Rodriguez v. State

Annotate this Case

577 S.W.2d 491 (1979)

Joe Ramon RODRIGUEZ, Appellant, v. The STATE of Texas, Appellee.

No. 57796.

Court of Criminal Appeals of Texas, Panel No. 2.

February 28, 1979.

*492 Joe E. Anderson, San Antonio, court appointed, for appellant.

Bill M. White, Dist. Atty., Gordon V. Armstrong, James W. Blagg and H. Wayne Campbell, Asst. Dist. Attys., San Antonio, for the State.

Before DOUGLAS, ROBERTS and ODOM, JJ.

OPINION

DOUGLAS, Judge.

Joe Ramon Rodriguez appeals from his conviction for murder. The court, after finding an alleged prior conviction "not true", assessed his punishment at twenty-five years. The sufficiency of the evidence is not challenged.

Rodriguez contends that an extraneous offense was improperly admitted and that the prosecutor committed misconduct when he asked for the details of a prior conviction and elicited testimony of a remote prior conviction.

During the evening of August 27, 1975, appellant, Rogelio Guadelajara, Dolores Guadelajara and another individual were drinking. Dolores Guadelajara was shot to death by appellant. Appellant admitted his presence during the killing but testified that he did not participate and did not inform the authorities because of his past criminal record.

Appellant contends that evidence of an extraneous offense was improperly admitted. Rogelio Guadelajara testified that on March 14, 1976, he was leaving Tina's Lounge after finishing a pool game. Appellant approached him outside of Tina's. Rogelio Guadelajara testified, "That's when he (appellant) called me and stopped me and told me to drop the charges against him." Rogelio Guadelajara also was asked if he was afraid of appellant at that time. He responded, "Yes, yes." Appellant contends that this evidence shows an extraneous offense and does not fall within any of the exceptions which allow admission of an extraneous offense.

The general rule concerning admission of attempts by a party to suppress or fabricate evidence is stated in Corpus Juris Secundum:

"For the purpose of showing that his adversary * * * is guilty of the act charged * * * a party may prove that his adversary attempted to flee after the accident, and, in addition, he may show that his adversary attempted to avoid a complete and fair trial as, for example, by the fabrication or suppression of evidence, or by the intimidation or corruption of witnesses * * * or by other methods." 31A C.J.S. Evidence ยง 179 (1964).

*493 In Baimbridge v. State, 171 Tex.Cr.R. 395, 350 S.W.2d 923 (1961), the defendant contended that his threat to kill an officer as he was placed in a jail cell should not have been introduced against him at a driving while intoxicated trial. We rejected this contention stating:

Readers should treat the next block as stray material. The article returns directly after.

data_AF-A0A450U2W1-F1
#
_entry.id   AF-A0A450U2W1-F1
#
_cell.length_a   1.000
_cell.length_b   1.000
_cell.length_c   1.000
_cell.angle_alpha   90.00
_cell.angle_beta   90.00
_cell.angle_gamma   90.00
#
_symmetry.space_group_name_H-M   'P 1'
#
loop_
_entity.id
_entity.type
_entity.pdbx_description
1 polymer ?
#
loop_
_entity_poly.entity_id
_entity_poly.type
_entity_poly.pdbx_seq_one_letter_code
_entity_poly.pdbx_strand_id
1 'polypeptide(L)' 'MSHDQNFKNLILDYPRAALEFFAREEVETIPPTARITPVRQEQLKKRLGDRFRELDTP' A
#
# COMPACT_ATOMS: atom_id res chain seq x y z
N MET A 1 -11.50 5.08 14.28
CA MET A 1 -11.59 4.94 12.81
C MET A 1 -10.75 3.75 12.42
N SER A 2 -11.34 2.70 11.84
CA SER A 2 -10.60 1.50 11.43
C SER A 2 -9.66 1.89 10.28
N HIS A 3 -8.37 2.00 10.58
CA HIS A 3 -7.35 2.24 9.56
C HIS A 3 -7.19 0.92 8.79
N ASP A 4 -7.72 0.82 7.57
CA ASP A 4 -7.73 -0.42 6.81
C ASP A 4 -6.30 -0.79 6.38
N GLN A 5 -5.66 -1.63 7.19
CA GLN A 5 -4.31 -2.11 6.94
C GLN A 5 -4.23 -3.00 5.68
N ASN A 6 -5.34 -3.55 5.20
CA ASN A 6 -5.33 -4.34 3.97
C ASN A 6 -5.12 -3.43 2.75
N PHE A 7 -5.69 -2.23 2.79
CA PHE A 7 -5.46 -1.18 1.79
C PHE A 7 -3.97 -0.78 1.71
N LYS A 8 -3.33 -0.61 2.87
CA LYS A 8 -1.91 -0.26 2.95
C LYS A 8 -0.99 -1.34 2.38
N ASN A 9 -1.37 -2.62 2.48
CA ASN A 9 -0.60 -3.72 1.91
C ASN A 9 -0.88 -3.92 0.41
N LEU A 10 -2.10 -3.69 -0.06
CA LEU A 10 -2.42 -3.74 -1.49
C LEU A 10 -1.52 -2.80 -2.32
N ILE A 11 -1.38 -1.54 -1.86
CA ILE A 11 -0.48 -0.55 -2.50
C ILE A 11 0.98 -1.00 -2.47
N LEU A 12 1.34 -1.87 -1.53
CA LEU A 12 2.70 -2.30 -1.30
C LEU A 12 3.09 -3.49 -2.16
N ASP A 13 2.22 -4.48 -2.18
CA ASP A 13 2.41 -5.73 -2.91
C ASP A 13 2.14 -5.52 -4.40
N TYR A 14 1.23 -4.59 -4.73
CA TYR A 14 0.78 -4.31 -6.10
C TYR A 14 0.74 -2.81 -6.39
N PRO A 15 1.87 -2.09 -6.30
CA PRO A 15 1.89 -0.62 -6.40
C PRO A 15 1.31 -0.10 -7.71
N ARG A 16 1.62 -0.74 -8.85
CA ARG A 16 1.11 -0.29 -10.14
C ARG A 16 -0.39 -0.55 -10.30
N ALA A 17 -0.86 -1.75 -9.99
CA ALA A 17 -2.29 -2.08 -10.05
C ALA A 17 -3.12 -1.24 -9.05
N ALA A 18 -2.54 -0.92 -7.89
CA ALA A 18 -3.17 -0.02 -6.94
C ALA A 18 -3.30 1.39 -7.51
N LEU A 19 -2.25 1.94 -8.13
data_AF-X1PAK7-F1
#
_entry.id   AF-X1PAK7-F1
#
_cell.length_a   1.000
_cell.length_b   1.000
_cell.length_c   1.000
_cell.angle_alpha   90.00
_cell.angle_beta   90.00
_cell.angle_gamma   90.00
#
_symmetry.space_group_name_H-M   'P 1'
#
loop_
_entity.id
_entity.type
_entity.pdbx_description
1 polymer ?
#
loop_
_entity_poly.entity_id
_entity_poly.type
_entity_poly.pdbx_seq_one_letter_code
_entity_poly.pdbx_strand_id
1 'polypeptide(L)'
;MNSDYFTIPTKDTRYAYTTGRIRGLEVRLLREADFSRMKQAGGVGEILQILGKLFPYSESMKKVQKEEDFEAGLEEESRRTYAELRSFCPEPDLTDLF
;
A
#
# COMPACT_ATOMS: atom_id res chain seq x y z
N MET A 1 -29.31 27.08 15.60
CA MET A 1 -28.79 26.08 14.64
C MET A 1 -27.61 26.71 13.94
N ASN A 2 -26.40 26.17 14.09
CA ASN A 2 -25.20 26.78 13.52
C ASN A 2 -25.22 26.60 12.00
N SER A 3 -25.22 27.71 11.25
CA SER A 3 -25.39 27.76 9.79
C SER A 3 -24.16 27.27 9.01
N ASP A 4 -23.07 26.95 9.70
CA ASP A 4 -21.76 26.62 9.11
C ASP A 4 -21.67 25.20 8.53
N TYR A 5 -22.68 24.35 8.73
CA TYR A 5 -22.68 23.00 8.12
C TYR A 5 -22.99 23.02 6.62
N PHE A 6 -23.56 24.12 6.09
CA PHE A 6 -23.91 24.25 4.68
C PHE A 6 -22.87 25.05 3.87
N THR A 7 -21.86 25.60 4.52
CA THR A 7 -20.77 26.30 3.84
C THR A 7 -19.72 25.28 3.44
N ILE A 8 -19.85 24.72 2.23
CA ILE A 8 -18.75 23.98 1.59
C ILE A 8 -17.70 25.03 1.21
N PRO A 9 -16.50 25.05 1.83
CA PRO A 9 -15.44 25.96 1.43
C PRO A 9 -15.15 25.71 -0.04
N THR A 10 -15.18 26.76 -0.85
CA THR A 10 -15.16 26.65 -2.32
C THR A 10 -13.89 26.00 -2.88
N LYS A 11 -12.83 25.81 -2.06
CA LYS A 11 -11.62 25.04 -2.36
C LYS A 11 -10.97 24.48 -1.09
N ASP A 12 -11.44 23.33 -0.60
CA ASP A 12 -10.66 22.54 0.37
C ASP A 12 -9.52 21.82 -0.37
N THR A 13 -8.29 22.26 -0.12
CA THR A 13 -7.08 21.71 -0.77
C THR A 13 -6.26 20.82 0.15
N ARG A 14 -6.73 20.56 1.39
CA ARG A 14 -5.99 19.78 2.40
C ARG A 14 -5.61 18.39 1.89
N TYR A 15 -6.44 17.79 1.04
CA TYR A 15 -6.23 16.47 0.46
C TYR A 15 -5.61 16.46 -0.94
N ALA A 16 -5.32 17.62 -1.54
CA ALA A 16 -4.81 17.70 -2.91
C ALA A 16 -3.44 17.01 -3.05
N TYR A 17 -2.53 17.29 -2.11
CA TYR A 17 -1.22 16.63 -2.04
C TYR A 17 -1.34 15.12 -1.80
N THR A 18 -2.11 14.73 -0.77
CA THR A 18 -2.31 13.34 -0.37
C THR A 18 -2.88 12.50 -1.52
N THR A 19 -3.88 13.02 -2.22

"If we regard the statement of the appellant to Officer Mahoney as an effort on the part of appellant to prevent the officer from testifying against him or an effort to prevent the officer from testifying the truth against appellant, the statement would be admissible in evidence as proof that one charged with crime threatened or attempted to intimidate a witness against him."

In the instant case, appellant stood accused of murder. He confronted one of the State's key witnesses, who was also the brother of the deceased, outside a bar at night. He told that witness to drop the charges against him. These are hardly the actions of an innocent accused. This evidence is every bit as probative of guilt, as would be flight by the accused. The evidence was properly admitted.

Complaint is next made that the prosecutor improperly sought to elicit the underlying details of one of appellant's prior convictions. During the cross-examination of appellant, the prosecutor asked him if he had been previously convicted of murder. Rodriguez responded affirmatively and the examination continued:

"Q. Did you kill that guy with a pistol? "A. Yes, sir. "Q. What kind of pistol was that?"

Appellant's objection was sustained and the jury was instructed to disregard the question.

Normally, the asking of a question which is not answered will not be grounds for reversal. In the instant case the jury had heard unobjected to testimony of the prior conviction for murder and that appellant used a pistol. The mere asking of a question concerning the type of pistol could hardly damage appellant further. The instruction for the jury to disregard the question was sufficient.

Rodriguez also argues that the court's instruction to disregard failed to cure the prejudice created when the prosecutor elicited testimony of a remote prior conviction. After the objections concerning the type of gun, the prosecutor continued his cross-examination:

"Q. Also in regard to your record, you have also been convicted of theft? "A. That was in '57, '58 down there. "Q. But you were convicted "MR. ROTHE: I'll object to that as being too remote."

The objection was sustained and the jury was instructed to disregard the testimony.

The objection was made after the harmful evidence was testified to. A timely objection would have prevented its admission. This failure to timely object constitutes a waiver. Also, in view of the murder conviction already used to impeach appellant, the attempted use of the theft conviction coupled with a proper instruction to disregard was harmless error.

There is no reversible error. The judgment is affirmed.